Before finishing this post, I would like to point out an interesting thing that Paulo said to us about one of the things that makes a good portrait.

One of the things he taught us that day (the full list you can get ) was about making the person to be photographed to be present in that place at that time. To really participate in the portrait, to trust. The look that he/she is fully there, right now, for your photo.


Photography by <a href="http://www.instagram.com/donni_fotografias" title="Luiz Donizetti" target="_blank">Luiz Donizetti</a>. He also tell us about his photo: "I made this photo inside SESC Dom Pedro. I looked at him and tried to establish a connection of communication, since my perception pointed to sadness and melancholy, something that he felt at the moment. I asked him if he was sad. He did not answer yes or no. He said he was Haitian and that he was in Brazil for three years. He missed his relatives who have stayed there. Kind of apologetic, he said he did not know how to speak Portuguese very well. I asked if I could take a picture of him and he agreed. Hence came this photo, I believe it shows the suffering of an immigrant/refugee."
Photography by Luiz Donizetti. He also tell us about his photo: “I made this photo inside SESC Dom Pedro. I looked at him and tried to establish a connection of communication, since my perception pointed to sadness and melancholy, something that he felt at the moment. I asked him if he was sad. He did not answer yes or no. He said he was Haitian and that he was in Brazil for three years. He missed his relatives who have stayed there. Kind of apologetic, he said he did not know how to speak Portuguese very well. I asked if I could take a picture of him and he agreed. Hence came this photo, I believe it shows the suffering of an immigrant/refugee.”

Why do I think this is especially important?

Because that is the kind of sensation or feeling (“be present”) that I seek for myself when photowalking, this is what I feel during the best photowalks.

It also seems to be around in any photography field, not just for portraits, and not just for what is being photographed, for the photographer too. Actually, not just in photography, for our lives as a whole too.

When I say about this kind of thing like here, here, here e here (all links will take you exactly where I suggest you to read), I’m not just saying beautiful things or just to look good or just for the sake of saying it. This is what happens and this is what matters to me. I think this is why I do all this stuff. I want more moments like this doing something I really like.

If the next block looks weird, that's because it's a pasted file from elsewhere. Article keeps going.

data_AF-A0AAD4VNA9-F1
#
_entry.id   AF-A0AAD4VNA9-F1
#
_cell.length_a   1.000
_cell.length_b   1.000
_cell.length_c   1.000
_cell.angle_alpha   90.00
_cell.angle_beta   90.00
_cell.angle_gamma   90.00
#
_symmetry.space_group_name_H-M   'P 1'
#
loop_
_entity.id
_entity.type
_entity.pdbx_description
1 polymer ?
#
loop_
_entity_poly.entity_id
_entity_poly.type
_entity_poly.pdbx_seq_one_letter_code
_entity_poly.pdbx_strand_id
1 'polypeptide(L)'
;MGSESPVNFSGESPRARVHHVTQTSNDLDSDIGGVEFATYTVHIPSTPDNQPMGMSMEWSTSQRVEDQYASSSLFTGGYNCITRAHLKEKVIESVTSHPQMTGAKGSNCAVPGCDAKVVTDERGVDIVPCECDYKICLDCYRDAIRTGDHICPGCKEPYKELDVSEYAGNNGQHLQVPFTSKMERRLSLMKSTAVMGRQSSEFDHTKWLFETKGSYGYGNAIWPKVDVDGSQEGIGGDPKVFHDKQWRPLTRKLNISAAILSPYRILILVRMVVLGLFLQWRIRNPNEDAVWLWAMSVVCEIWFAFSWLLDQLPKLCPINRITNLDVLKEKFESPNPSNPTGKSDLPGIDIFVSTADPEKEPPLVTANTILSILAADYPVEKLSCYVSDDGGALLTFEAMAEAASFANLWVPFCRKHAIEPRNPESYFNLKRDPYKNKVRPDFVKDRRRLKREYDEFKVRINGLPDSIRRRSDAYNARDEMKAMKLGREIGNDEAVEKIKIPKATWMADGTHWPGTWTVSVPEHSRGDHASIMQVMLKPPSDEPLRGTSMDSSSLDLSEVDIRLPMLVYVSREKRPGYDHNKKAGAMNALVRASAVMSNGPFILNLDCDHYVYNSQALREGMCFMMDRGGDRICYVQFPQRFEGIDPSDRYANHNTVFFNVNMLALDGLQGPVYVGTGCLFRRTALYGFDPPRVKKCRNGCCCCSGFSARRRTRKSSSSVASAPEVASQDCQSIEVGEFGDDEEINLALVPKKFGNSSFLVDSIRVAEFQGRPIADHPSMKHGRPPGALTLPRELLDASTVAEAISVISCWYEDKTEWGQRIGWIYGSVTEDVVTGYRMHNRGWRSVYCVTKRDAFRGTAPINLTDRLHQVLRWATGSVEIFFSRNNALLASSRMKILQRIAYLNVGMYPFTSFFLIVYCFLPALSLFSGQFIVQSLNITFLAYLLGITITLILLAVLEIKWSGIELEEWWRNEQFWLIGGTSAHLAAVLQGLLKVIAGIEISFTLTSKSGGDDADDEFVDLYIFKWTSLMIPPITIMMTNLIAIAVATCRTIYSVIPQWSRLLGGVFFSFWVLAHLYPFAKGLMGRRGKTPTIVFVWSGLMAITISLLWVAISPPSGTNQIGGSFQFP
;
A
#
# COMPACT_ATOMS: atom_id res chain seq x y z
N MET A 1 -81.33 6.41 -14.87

This kind of thing also reminds me about the flow state, mindfulness, meditation, and also contemplative photography (Miksang or Mindfulphoto) that I’ve discovered with Yuri Bittar.

I’m still studying those things. I want to learn how to reproduce it better and how to get to that state more quickly and easily. It seems to be the root of what I feel during my best photowalks. I hope to be able to help others with this too in the near future.

Maybe, besides getting a good portrait, the way to enjoy the process of getting it (not just the result) is also to be present. Both being present.

Well, something for you to have in mind and to think about…


I'm here!
I’m here!

Final Thoughts

I love novelty. Mainly when it is something that adds and makes me grow. This photowalk was really like that. In addition, portraits generate a lot of stories. That is really nice too!

We had an excellent day with a great photographer, his team, and many friends. Thank you all! And I would also like to thanks Débora and all the others involved from Sesc for organizing this event. We really appreciated that.

We had such a good time learning, creating and discovering more about our own city downtown \o/.


Photography by Thaís Kruse. Portraits of the participants :)
Photography by Thaís Kruse. Portraits of the participants :)

I think this event also sets the beginning of my interest in portraits and to start to add them to my photography.

If I want to discover the world by photographing it, besides the cities, streets, buildings, and natural places, people also play an important role. Right? So let’s do it!

Are you interested too? If so, your next step is to get the pdf with everything we’ve learned about portraits with Paulo that day. !

I really appreciate your time reading my post. Thank you ;) See you soon…